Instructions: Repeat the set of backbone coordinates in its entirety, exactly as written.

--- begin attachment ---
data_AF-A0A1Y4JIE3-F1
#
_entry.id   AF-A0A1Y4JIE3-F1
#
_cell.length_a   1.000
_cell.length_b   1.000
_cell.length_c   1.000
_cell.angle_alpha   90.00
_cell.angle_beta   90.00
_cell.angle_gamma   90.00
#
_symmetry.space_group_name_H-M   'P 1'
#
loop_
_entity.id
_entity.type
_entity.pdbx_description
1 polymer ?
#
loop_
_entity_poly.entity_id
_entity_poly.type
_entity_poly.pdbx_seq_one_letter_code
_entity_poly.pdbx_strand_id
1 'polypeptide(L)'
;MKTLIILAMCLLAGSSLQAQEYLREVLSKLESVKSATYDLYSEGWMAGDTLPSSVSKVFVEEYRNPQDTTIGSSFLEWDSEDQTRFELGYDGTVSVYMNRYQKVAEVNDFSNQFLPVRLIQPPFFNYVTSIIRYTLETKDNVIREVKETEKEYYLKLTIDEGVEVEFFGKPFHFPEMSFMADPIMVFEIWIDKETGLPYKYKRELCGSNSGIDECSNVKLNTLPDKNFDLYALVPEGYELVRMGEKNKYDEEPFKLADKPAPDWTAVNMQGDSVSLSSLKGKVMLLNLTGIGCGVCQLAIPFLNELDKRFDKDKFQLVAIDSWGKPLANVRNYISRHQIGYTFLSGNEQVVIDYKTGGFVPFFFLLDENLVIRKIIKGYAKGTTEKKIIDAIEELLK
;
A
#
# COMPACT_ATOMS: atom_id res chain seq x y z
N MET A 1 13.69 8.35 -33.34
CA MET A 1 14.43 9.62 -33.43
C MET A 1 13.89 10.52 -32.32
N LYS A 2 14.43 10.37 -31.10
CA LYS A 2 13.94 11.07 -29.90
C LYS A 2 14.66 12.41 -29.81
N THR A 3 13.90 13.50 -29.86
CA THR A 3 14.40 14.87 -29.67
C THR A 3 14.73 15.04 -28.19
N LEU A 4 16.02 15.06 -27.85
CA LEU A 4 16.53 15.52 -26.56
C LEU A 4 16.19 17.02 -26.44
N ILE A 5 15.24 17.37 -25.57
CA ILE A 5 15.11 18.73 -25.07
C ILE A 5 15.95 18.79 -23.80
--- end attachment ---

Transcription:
data_AF-A0A1Y4JIE3-F1
#
_entry.id   AF-A0A1Y4JIE3-F1
#
_cell.length_a   1.000
_cell.length_b   1.000
_cell.length_c   1.000
_cell.angle_alpha   90.00
_cell.angle_beta   90.00
_cell.angle_gamma   90.00
#
_symmetry.space_group_name_H-M   'P 1'
#
loop_
_entity.id
_entity.type
_entity.pdbx_description
1 polymer ?
#
loop_
_entity_poly.entity_id
_entity_poly.type
_entity_poly.pdbx_seq_one_letter_code
_entity_poly.pdbx_strand_id
1 'polypeptide(L)'
;MKTLIILAMCLLAGSSLQAQEYLREVLSKLESVKSATYDLYSEGWMAGDTLPSSVSKVFVEEYRNPQDTTIGSSFLEWDSEDQTRFELGYDGTVSVYMNRYQKVAEVNDFSNQFLPVRLIQPPFFNYVTSIIRYTLETKDNVIREVKETEKEYYLKLTIDEGVEVEFFGKPFHFPEMSFMADPIMVFEIWIDKETGLPYKYKRELCGSNSGIDECSNVKLNTLPDKNFDLYALVPEGYELVRMGEKNKYDEEPFKLADKPAPDWTAVNMQGDSVSLSSLKGKVMLLNLTGIGCGVCQLAIPFLNELDKRFDKDKFQLVAIDSWGKPLANVRNYISRHQIGYTFLSGNEQVVIDYKTGGFVPFFFLLDENLVIRKIIKGYAKGTTEKKIIDAIEELLK
;
A
#
# COMPACT_ATOMS: atom_id res chain seq x y z
N MET A 1 13.69 8.35 -33.34
CA MET A 1 14.43 9.62 -33.43
C MET A 1 13.89 10.52 -32.32
N LYS A 2 14.43 10.37 -31.10
CA LYS A 2 13.94 11.07 -29.90
C LYS A 2 14.66 12.41 -29.81
N THR A 3 13.90 13.50 -29.86
CA THR A 3 14.40 14.87 -29.67
C THR A 3 14.73 15.04 -28.19
N LEU A 4 16.02 15.06 -27.85
CA LEU A 4 16.53 15.52 -26.56
C LEU A 4 16.19 17.02 -26.44
N ILE A 5 15.24 17.37 -25.57
CA ILE A 5 15.11 18.73 -25.07
C ILE A 5 15.95 18.79 -23.80